At one point, I remember Paul Bettany was a promising actor. Now he just seems to turn up in roles as either a man of the cloth, an angel or a mixture of both. The films he plays these characters in, also tend to be very poor when it comes to storytelling and actual entertainment, “Priest” is no different.
After what seemed like three separate openings, it finally becomes hazily clear that in the history of the world the film takes place in, humans and vampires have been feuding for centuries and there was a great war. The war ended when the Priests showed up and kicked some ass. The Priests are super human killing machines that really dislike vampires. Now, years after the war, the Priests have been forced to disband, the church has taken control over walled in cities where apparently they don’t allow the sun to shine (that was never truly explained in any way) and whatever vampires are left, are kept in reservations (which are more like prisons). During the films third opening, a family is attacked by vampires who kidnap a young girl, played by Lily Collins, daughter of Phil Collins (maybe because the vampires are big fans of Sussudio). It turns out the family is related to the former Priest played by Paul Bettany and the girl’s boyfriend comes to the Priest for help.
Not one inkling of “Priest” is in any way original or interesting. The vampires look like the lickers from Resident Evil Games, the main city was copied and pasted from “Blade Runner” and the villain was wearing Hugh Jackman’s “Van Helsing” costume, which is the wrong place to steal something from. Every part of the story felt incomplete and misguided. In the world the film takes place in, Paul Bettany can ride on a motorcycle that moves as fast as 260 M.P.H. without flying off the thing or or having issues walking when he gets off of the jet engine he straddles to ride it. Not to mention at that speed we shouldn’t even be able to see him as he passes a monument that is no where near a mile long based on his size, next to it. You also figure that if they can put the technology into a motorcycle to move that fast, they could do the same for a train, but the heroes of the film have no issue catching up to a train that is about a day ahead of them and hasn’t stopped.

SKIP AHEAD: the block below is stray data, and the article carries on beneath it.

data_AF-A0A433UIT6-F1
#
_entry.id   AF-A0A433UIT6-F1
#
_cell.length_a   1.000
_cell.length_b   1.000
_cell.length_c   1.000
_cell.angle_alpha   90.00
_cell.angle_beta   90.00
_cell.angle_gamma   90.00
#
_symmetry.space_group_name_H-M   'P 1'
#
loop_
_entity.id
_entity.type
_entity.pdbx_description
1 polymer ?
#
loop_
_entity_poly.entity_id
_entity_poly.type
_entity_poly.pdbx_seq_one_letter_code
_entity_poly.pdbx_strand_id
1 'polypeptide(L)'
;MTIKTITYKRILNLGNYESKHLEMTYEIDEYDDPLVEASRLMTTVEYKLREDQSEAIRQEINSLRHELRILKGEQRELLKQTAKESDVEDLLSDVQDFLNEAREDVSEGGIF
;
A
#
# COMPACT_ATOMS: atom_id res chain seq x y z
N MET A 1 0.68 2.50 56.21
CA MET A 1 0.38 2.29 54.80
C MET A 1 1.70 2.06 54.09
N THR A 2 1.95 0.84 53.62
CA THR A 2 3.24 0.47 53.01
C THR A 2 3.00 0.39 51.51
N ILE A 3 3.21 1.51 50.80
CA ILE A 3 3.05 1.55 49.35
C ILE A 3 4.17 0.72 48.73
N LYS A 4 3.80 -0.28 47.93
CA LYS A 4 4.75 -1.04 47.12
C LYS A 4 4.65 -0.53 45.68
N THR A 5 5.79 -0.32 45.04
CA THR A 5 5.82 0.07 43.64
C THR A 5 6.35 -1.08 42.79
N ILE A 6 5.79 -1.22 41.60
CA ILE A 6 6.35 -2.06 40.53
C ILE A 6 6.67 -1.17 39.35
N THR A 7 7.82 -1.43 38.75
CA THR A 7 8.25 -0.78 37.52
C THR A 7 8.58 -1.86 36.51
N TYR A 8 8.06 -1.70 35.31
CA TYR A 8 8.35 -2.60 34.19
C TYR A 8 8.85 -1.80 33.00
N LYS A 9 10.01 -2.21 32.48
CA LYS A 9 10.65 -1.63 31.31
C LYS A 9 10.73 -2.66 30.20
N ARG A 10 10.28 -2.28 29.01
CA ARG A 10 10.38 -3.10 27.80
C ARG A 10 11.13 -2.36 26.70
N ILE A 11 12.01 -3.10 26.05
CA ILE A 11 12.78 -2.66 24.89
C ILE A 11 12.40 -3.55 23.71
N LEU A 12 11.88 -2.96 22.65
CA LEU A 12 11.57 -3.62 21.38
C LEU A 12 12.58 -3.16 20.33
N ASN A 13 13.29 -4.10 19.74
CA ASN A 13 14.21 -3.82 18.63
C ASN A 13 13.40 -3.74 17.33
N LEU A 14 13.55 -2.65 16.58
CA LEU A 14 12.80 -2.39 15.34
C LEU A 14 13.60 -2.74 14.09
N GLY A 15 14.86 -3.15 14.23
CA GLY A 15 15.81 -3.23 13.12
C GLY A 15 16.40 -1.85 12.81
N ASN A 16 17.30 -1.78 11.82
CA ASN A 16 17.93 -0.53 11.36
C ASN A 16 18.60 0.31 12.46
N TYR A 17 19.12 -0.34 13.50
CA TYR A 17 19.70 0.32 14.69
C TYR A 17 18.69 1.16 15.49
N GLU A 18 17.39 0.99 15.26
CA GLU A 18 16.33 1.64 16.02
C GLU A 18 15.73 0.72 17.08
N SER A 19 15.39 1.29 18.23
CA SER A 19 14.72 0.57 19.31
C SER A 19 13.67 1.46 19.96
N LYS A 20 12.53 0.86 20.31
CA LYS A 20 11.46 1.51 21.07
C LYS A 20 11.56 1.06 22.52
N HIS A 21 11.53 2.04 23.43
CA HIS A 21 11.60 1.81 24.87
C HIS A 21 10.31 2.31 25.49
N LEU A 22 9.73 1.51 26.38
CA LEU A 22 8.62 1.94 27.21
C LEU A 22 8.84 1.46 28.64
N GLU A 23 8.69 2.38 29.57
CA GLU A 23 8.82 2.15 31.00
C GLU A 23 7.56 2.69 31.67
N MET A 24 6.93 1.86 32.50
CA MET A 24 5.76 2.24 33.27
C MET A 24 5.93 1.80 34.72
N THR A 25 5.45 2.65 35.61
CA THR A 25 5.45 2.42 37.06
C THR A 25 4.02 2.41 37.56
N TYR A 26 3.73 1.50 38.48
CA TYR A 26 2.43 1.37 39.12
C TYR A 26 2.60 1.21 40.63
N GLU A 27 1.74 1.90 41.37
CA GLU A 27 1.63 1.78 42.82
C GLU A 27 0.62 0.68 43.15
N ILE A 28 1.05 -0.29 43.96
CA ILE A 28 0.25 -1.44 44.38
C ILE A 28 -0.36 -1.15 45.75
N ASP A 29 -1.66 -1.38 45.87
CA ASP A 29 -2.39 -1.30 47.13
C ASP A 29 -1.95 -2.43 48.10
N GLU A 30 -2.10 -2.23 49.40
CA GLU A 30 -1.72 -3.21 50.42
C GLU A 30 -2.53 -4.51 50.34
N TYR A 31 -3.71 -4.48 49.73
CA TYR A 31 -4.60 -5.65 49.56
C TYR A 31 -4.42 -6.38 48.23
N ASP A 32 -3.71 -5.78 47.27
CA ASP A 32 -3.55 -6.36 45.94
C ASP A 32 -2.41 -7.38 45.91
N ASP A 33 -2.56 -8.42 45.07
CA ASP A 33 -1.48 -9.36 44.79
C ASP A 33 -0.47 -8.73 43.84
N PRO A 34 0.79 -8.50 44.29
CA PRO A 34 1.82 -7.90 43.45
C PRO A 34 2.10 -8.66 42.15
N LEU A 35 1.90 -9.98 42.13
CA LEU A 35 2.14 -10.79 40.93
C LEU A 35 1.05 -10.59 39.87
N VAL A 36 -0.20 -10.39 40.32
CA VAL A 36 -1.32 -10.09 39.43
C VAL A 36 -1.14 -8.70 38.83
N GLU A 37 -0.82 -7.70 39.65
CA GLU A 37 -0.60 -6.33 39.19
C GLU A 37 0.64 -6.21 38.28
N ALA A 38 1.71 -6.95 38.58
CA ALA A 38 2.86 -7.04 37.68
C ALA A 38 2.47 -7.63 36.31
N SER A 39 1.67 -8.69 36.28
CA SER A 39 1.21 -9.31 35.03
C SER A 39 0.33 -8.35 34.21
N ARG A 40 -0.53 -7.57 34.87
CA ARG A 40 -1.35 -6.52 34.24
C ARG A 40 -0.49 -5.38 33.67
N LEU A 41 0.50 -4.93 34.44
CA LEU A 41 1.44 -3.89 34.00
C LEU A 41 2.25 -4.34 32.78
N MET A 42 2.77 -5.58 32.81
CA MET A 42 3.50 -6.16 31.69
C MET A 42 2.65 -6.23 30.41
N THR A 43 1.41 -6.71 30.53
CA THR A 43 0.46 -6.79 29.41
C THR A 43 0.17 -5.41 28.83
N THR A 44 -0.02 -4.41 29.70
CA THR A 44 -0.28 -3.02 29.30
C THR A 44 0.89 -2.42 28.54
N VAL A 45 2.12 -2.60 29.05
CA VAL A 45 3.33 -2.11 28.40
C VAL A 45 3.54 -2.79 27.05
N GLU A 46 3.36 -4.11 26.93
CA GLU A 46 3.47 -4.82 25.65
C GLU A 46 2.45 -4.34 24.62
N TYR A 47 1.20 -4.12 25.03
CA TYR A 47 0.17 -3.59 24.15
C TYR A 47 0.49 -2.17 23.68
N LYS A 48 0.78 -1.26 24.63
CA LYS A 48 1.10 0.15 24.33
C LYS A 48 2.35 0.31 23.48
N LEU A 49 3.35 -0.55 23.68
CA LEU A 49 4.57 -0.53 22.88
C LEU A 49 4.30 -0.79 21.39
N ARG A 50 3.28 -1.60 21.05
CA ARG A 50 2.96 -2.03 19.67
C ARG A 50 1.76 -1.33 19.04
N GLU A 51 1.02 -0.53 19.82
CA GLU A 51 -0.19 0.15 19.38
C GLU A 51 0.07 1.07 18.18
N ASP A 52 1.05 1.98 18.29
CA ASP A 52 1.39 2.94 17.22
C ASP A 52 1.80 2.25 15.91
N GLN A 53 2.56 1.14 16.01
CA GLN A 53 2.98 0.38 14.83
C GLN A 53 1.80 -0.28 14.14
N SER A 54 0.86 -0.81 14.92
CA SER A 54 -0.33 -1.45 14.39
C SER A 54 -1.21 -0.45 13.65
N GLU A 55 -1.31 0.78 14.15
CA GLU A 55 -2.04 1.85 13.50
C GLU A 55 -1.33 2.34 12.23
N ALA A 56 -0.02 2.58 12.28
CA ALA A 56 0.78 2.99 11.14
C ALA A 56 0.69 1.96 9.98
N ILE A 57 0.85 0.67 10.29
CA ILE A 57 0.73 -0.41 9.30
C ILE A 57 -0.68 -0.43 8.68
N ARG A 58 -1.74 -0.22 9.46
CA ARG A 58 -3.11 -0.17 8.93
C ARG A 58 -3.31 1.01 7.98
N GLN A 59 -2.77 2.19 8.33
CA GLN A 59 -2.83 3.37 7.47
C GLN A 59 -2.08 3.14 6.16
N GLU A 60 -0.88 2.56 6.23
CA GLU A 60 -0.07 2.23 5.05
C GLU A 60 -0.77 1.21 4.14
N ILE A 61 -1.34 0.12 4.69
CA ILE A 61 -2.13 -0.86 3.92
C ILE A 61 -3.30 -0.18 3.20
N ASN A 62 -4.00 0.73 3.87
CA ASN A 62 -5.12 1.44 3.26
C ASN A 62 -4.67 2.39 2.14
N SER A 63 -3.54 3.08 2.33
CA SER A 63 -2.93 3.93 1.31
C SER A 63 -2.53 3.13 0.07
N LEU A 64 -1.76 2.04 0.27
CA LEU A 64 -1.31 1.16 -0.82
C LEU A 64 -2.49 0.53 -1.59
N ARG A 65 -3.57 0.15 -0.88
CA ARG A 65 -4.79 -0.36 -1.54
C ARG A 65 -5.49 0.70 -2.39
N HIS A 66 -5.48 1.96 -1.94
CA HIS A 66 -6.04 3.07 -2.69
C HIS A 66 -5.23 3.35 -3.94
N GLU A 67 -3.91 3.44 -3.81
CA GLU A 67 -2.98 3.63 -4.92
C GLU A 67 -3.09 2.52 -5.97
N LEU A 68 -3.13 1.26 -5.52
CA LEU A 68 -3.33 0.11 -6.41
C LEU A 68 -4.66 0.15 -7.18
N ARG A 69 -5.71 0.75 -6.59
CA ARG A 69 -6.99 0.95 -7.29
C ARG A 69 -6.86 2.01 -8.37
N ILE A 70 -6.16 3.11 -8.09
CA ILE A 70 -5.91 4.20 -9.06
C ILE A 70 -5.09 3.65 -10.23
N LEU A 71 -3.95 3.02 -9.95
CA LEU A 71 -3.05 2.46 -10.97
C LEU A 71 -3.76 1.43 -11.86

The only thing worthwhile in the whole film is Christopher Plummer who is in it for a total of 6 minutes at best. That is the only reason the film gets even one ‘stache. “Priest” also enters the already overflowing halls of movies not shot in, but transferred to 3D that is in no way 3D at all. People will just pay extra money to see a bad film while wearing glasses. You can easily watch this film without the glasses, except the background may be a bit blurry, but since there are so many close up shots of every character, they are clear as day without the glasses. If you go see “Priest” try it out, when any character is shown close up, take off the glasses and look.
“Priest” is not worth your time or money, plain and simple.